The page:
Search Images Maps Play YouTube News Gmail Drive More »
Sign in
Screen reader users: click this link for accessible mode. Accessible mode has the same essential features but works better with your reader.

Patents

  1. Advanced Patent Search
Publication numberUS6051531 A
Publication typeGrant
Application numberUS 09/192,769
Publication dateApr 18, 2000
Filing dateNov 16, 1998
Priority dateNov 16, 1998
Fee statusPaid
Also published asDE19954063A1
Publication number09192769, 192769, US 6051531 A, US 6051531A, US-A-6051531, US6051531 A, US6051531A
InventorsJohn M. Noonan, Mitchell Burberry, Douglas R. Robello
Original AssigneeEastman Kodak Company
Export CitationBiBTeX, EndNote, RefMan
External Links: USPTO, USPTO Assignment, Espacenet
Polymeric absorber for laser-colorant transfer
US 6051531 A
Abstract
A colorant-donor element for thermal colorant transfer comprising a support having thereon a colorant layer having a laser radiation-absorbing material associated therewith, and wherein the laser radiation-absorbing material comprises an ionic polymer having a certain charge having associated therewith an ionic dye of opposite charge, the ionic dye comprising a laser radiation-absorbing chromophore comprising an organic moiety having a plurality of conjugated double bonds and an optical absorption of from about 400 to about 1200 nm.
Images(11)
Previous page
Next page
Claims(20)
What is claimed is:
1. A colorant-donor element for thermal colorant transfer comprising a support having thereon a colorant layer having a laser radiation-absorbing material associated therewith, and wherein said laser radiation-absorbing material comprises an ionic polymer having a certain charge having associated therewith an ionic dye of opposite charge, said ionic dye comprising a laser radiation-absorbing chromophore comprising an organic moiety having a plurality of conjugated double bonds and an optical absorption of from about 400 to about 1200 nm.
2. The element of claim 1 wherein said ionic polymer contains within its repeating units the following formula: ##STR7## wherein: X is a repeating unit of said ionic polymer backbone;
Y is a pendant group having a certain charge;
Z is said laser radiation-absorbing chromophore having a charge opposite to said Y; and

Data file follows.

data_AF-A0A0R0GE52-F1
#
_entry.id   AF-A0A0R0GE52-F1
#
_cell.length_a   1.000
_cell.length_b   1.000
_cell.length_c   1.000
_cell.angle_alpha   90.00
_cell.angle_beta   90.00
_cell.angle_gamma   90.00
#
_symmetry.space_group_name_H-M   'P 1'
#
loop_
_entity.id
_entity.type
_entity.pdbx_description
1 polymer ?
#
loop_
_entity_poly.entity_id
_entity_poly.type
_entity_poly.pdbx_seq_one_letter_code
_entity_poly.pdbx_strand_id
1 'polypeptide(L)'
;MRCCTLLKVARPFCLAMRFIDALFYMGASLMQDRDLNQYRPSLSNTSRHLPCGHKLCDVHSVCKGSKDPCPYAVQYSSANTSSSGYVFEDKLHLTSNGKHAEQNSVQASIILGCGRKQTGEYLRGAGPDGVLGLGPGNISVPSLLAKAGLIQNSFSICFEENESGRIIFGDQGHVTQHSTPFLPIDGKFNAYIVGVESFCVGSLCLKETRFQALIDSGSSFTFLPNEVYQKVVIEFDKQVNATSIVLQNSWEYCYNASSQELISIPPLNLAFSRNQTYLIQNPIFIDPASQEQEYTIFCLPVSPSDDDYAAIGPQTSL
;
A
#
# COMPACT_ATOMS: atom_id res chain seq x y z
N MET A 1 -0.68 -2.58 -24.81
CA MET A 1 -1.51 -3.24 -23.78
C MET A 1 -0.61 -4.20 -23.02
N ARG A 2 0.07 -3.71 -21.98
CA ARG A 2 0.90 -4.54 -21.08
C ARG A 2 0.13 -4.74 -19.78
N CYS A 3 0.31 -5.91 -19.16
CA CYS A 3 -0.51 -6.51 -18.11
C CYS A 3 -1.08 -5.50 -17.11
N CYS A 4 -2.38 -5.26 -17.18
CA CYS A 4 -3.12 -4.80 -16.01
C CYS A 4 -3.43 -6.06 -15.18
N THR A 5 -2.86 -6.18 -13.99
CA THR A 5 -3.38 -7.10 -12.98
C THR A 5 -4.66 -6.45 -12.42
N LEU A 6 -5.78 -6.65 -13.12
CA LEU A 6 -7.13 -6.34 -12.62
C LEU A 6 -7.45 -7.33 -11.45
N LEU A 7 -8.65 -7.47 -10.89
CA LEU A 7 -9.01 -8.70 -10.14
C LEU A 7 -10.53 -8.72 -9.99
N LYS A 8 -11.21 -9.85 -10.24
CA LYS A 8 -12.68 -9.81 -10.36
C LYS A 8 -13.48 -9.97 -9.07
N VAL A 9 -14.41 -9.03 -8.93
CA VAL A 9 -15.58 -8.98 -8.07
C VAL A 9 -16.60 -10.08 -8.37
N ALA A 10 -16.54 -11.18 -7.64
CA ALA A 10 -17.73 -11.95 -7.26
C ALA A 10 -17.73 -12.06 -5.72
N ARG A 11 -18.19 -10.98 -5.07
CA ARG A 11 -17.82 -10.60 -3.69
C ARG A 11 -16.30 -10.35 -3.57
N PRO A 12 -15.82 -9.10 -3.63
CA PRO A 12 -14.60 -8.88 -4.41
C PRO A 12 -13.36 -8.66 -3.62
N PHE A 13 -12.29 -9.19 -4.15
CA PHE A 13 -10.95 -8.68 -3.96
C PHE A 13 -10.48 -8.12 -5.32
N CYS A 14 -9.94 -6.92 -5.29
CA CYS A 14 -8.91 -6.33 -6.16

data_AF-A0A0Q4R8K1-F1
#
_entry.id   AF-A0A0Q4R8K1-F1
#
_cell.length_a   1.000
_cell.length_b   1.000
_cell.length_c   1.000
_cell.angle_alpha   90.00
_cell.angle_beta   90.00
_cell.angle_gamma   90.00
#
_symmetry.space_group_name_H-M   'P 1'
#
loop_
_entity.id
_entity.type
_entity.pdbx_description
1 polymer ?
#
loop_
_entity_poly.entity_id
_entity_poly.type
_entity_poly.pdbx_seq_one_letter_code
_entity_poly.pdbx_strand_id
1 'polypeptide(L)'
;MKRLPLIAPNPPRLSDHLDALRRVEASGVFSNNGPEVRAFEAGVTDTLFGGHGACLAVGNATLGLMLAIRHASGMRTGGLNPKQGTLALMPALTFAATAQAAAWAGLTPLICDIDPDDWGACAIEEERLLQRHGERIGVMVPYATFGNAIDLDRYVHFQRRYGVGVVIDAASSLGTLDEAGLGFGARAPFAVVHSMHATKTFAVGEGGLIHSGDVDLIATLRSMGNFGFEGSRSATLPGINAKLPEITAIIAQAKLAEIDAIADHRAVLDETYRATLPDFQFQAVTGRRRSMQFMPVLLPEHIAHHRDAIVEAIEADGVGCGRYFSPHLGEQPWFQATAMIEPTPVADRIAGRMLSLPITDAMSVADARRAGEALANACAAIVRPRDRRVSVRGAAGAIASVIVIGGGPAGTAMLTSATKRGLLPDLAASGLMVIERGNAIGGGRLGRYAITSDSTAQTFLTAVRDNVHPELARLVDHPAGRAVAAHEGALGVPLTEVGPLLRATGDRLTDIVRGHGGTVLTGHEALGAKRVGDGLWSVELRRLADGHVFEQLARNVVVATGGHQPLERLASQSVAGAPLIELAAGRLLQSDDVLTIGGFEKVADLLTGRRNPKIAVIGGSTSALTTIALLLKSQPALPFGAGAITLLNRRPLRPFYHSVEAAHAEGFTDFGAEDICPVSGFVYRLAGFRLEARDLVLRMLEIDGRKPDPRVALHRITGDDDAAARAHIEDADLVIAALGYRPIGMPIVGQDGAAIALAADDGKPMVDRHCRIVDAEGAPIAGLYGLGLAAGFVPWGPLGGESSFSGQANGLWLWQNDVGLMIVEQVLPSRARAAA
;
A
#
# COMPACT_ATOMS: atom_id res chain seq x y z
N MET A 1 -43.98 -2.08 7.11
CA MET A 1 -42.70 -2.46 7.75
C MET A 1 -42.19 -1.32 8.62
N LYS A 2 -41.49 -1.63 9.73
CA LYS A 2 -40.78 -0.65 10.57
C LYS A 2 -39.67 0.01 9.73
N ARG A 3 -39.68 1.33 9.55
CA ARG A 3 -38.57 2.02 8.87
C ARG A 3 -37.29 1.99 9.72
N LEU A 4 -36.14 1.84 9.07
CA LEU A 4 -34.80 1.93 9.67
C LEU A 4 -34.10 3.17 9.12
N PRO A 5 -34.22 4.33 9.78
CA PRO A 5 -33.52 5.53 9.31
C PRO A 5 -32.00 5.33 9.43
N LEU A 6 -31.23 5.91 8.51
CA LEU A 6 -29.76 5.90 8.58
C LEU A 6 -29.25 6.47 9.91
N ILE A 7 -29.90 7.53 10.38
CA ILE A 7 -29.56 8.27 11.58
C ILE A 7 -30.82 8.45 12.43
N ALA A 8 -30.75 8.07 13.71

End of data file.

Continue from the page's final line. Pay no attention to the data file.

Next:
* represents either a negative or positive charge.
3. The element of claim 2 wherein X is a substituted or unsubstituted vinyl, acrylate, styrene, polyester, polyether, polycarbonate, polyamide, polyimide or polyurethane group and Y is a carboxylate, sulfonate, sulfinate, iminodisulfonyl, phosphonium, ammonium, sulfonium, phosphonate, phosphate, or borate group.
4. The element of claim 2 wherein X is a polyester, Y is a sulfonate, and Z is ##STR8##
5. The element of claim 1 wherein said ionic polymer contains within its repeating units the following formula: wherein:
W is a repeating unit of said ionic polymer backbone having a certain charge;
Z is said laser radiation-absorbing chromophore having a charge opposite to said W; and
* represents either a negative or positive charge.
6. The element of claim 5 wherein W is an iminodisulfonyl, phosphonium, ammonium, sulfonium, phosphonate, phosphate, or borate group.
7. The element of claim 5 wherein W is an iminodisulfonyl group and Z is ##STR9##
8. The element of claim 1 wherein said colorant layer contains said laser radiation-absorbing material.
9. A process of forming a colorant transfer image comprising imagewise-heating a colorant-donor element comprising a support having thereon a colorant layer having a laser radiation-absorbing material associated therewith and transferring a colorant image to a colorant-receiving element to form said colorant transfer image, and wherein said laser radiation-absorbing material comprises an ionic polymer having a certain charge having associated therewith an ionic dye of opposite charge, said ionic dye comprising a laser radiation-absorbing chromophore comprising an organic moiety having a plurality of conjugated double bonds and an optical absorption of from about 400 to about 1200 nm.
10. The process of claim 9 wherein said ionic polymer contains within its repeating units the following formula: wherein:
X is a repeating unit of said ionic polymer backbone;
Y is a pendant group having a certain charge;
Z is said laser radiation-absorbing chromophore having a charge opposite to said Y; and
* represents either a negative or positive charge.
11. The process of claim 10 wherein X is a substituted or unsubstituted vinyl, acrylate, styrene, polyester, polyether, polycarbonate, polyamide, polyimide or polyurethane group and Y is a carboxylate, sulfonate, sulfinate, iminodisulfonyl, phosphonium, ammonium, sulfonium, phosphonate, phosphate, or borate group.
12. The process of claim 10 wherein X is a polyester, Y is a sulfonate, and Z is ##STR10##
13. The process of claim 9 wherein said ionic polymer contains within its repeating units the following formula: wherein:
W is a repeating unit of said ionic polymer backbone having a certain charge;
Z is said laser radiation-absorbing chromophore having a charge opposite to said W; and
* represents either a negative or positive charge.
14. The process of claim 13 wherein W is an iminodisulfonyl, phosphonium, ammonium, sulfonium, phosphonate, phosphate, or borate group.
15. A thermal colorant transfer assemblage comprising:
a) a colorant-donor element comprising a support having thereon a colorant layer having a laser radiation-absorbing material associated therewith, and
b) a colorant-receiving element comprising a support having thereon a colorant image-receiving layer, said colorant-receiving element being in a superposed relationship with said colorant-donor element so that said colorant layer is in contact with said colorant image-receiving layer,
and wherein said laser radiation-absorbing material comprises an ionic polymer having a certain charge having associated therewith an ionic dye of opposite charge, said ionic dye comprising a laser radiation-absorbing chromophore comprising an organic moiety having a plurality of conjugated double bonds and an optical absorption of from about 400 to about 1200 nm.